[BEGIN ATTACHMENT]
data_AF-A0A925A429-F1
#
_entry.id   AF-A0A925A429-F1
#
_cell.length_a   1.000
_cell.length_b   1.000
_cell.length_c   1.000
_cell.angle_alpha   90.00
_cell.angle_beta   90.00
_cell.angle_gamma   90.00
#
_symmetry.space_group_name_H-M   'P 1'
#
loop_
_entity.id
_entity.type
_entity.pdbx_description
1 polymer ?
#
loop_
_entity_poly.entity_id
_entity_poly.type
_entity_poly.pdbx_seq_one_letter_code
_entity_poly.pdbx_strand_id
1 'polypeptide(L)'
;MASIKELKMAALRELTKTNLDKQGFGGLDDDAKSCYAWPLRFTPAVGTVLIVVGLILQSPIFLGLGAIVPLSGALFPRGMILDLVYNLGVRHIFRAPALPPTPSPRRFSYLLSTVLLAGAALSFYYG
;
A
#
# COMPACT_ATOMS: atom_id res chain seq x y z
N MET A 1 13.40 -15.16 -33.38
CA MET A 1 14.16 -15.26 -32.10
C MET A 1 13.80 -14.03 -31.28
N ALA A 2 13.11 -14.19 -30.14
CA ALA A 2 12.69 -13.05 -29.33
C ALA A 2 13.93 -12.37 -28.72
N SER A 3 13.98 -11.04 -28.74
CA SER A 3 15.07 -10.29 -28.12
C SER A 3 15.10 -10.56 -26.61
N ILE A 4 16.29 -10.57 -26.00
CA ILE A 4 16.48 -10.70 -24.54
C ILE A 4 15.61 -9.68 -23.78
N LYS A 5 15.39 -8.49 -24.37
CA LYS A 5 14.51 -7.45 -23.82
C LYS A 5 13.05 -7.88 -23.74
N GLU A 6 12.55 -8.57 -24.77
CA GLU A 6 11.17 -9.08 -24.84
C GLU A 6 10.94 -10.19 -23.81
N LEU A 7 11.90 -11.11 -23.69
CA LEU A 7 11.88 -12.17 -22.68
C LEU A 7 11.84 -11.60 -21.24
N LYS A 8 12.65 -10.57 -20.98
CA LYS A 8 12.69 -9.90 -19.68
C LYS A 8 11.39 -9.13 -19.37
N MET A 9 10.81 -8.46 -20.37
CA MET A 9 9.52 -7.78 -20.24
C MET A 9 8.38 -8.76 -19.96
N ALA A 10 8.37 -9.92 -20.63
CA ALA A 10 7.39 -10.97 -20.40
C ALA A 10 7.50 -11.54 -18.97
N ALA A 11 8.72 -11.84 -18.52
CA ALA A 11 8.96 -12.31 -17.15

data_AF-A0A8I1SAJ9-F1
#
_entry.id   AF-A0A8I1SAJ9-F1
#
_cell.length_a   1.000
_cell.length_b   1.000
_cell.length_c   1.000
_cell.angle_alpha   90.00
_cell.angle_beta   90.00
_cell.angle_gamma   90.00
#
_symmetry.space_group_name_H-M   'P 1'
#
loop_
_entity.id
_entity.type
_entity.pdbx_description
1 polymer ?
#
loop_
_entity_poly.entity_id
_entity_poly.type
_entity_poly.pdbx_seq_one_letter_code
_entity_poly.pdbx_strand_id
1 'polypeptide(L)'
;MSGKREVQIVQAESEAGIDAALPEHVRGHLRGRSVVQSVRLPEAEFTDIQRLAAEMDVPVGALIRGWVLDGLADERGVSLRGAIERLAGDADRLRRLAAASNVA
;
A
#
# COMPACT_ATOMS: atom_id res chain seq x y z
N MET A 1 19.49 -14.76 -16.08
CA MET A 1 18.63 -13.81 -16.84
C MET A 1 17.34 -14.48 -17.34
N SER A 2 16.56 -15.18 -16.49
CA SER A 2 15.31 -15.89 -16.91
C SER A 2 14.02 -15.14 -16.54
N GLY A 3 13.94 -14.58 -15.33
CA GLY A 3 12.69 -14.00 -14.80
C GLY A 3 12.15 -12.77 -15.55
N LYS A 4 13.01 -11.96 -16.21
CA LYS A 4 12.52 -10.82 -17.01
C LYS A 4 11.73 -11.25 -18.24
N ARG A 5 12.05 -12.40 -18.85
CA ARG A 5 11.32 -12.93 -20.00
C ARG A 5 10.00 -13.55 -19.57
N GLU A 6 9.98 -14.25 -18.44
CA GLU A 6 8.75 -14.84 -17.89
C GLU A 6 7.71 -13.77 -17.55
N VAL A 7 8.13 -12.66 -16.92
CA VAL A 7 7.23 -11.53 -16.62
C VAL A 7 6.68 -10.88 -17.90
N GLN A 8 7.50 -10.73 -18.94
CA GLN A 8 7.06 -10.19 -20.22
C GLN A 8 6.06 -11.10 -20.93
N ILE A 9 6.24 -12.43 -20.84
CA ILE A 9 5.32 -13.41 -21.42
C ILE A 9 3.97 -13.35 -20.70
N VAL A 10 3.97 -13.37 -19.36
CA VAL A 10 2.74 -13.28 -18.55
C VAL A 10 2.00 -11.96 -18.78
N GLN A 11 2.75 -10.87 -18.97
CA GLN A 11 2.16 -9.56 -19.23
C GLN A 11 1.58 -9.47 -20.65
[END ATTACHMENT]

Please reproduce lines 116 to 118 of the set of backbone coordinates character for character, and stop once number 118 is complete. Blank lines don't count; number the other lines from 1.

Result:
C GLN A 8 6.06 -11.10 -20.93
N ILE A 9 6.24 -12.43 -20.84
CA ILE A 9 5.32 -13.41 -21.42